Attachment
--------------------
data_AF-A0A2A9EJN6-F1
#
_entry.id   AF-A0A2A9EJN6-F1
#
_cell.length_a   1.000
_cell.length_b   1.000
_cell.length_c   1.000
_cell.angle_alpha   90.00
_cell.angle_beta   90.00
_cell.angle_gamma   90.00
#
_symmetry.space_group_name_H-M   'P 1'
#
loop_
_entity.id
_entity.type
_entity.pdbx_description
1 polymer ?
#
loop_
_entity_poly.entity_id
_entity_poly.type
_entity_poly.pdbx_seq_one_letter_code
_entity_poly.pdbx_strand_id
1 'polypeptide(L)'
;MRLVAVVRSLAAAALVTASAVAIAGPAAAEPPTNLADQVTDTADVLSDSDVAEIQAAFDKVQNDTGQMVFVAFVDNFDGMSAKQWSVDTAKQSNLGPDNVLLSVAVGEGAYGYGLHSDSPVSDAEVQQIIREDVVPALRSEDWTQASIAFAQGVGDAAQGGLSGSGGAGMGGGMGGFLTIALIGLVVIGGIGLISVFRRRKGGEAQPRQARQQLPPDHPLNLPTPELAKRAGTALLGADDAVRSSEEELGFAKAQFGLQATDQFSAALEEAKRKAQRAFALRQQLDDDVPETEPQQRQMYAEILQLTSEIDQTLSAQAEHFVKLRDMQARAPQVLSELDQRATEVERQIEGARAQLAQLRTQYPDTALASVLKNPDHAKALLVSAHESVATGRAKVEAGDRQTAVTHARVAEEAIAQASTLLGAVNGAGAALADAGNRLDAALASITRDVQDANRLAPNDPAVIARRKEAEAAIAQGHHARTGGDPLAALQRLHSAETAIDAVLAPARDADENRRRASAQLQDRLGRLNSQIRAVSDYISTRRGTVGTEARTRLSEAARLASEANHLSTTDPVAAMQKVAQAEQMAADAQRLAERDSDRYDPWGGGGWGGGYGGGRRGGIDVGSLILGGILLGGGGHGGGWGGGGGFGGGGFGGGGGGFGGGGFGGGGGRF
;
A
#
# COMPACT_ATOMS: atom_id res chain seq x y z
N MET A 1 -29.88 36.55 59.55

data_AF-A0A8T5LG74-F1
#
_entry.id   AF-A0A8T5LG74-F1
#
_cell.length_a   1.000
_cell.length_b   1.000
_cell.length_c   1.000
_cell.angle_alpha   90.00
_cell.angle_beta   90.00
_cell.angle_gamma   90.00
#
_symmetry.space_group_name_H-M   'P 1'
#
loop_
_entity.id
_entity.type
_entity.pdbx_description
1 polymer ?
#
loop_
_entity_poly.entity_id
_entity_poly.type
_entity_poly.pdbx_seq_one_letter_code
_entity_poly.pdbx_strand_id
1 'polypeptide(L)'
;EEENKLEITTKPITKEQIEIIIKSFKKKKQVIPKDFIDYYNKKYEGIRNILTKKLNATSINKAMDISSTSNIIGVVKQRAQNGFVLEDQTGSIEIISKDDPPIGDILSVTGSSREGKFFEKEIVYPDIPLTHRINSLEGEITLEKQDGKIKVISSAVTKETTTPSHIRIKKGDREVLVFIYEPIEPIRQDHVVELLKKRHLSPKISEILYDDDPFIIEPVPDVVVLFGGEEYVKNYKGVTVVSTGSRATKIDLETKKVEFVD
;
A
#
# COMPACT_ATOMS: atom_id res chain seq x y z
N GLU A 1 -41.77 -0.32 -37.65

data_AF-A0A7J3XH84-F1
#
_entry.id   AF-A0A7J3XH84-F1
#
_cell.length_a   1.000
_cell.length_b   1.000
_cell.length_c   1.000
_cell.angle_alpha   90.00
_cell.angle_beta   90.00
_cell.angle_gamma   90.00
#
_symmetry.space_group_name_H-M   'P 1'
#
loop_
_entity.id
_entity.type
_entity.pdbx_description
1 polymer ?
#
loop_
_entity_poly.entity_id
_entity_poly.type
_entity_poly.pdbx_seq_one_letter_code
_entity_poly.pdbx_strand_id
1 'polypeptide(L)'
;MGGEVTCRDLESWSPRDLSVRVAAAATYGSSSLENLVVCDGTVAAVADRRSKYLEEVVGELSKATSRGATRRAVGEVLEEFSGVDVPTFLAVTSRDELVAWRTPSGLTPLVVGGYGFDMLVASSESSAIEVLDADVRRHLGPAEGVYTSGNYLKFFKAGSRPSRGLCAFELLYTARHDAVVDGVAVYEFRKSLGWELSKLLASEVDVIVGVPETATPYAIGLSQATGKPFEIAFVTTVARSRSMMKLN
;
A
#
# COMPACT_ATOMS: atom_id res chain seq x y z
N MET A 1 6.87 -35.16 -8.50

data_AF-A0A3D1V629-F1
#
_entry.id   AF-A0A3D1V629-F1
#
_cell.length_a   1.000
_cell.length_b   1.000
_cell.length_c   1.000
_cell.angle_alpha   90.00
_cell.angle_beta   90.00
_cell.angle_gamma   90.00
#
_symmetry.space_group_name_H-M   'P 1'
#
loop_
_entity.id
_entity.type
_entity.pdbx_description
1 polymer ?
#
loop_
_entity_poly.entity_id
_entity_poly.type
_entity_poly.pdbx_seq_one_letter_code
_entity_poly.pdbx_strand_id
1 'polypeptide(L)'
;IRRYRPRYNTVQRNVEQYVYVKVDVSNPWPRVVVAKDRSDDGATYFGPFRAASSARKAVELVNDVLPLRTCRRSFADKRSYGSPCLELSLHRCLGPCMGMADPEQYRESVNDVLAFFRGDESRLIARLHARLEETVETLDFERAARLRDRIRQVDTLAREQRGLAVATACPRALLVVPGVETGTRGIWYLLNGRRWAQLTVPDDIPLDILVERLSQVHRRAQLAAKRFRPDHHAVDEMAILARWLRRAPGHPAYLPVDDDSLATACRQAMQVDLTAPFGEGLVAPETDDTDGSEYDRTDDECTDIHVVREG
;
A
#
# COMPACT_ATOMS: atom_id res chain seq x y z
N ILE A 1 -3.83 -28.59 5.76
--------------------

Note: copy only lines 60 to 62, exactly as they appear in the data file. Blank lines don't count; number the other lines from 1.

#
# COMPACT_ATOMS: atom_id res chain seq x y z
N GLU A 1 -41.77 -0.32 -37.65